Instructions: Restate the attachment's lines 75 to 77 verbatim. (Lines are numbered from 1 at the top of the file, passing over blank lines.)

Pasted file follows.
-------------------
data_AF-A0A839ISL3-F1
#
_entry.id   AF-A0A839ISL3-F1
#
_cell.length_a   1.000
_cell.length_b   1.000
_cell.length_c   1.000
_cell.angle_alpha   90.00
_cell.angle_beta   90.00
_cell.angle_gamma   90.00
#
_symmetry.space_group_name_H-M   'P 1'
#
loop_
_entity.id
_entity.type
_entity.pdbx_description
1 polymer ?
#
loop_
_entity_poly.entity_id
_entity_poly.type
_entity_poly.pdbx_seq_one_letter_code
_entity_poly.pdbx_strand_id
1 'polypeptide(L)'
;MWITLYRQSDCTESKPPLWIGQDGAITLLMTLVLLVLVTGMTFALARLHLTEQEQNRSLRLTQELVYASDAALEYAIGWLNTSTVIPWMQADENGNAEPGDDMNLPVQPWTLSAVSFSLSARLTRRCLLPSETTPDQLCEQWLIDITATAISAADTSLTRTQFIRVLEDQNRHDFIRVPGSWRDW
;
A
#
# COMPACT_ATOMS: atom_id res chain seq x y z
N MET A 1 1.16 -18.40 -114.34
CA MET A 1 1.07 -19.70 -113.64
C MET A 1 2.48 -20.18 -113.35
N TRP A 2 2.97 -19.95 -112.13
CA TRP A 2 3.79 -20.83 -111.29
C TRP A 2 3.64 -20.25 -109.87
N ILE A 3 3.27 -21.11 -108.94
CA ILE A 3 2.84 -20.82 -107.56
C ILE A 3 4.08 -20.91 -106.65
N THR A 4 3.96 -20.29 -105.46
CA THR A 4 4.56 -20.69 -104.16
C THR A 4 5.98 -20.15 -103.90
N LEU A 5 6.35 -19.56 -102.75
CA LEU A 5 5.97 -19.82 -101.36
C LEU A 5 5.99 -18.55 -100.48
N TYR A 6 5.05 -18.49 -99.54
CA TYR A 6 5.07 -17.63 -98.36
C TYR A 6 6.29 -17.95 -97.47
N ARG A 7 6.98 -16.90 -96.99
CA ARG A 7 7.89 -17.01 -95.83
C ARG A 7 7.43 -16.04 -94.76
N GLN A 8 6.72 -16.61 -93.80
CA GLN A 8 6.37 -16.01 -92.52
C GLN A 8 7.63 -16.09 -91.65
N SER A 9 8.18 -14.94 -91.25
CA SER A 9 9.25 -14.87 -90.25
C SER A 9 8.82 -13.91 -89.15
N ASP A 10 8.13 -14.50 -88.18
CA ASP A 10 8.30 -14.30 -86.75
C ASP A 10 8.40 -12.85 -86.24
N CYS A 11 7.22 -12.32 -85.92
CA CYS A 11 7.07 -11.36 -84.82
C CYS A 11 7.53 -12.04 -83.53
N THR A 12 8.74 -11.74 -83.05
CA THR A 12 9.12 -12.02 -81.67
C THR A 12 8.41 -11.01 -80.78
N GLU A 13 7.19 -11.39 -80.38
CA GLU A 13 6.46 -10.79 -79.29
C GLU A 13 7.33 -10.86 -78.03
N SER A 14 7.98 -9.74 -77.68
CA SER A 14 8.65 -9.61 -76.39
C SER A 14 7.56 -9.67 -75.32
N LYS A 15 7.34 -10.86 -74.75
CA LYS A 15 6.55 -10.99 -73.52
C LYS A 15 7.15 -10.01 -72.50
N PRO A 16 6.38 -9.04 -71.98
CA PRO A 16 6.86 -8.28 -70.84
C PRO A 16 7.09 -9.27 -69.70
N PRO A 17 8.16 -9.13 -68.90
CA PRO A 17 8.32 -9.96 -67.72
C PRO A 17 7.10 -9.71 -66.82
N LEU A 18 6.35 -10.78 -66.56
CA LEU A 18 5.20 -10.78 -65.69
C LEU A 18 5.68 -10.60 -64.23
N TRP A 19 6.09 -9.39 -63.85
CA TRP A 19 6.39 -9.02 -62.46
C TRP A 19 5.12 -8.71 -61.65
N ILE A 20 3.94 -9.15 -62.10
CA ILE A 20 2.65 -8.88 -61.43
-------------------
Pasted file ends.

C LYS A 15 7.15 -10.01 -72.50
N PRO A 16 6.38 -9.04 -71.98
CA PRO A 16 6.86 -8.28 -70.84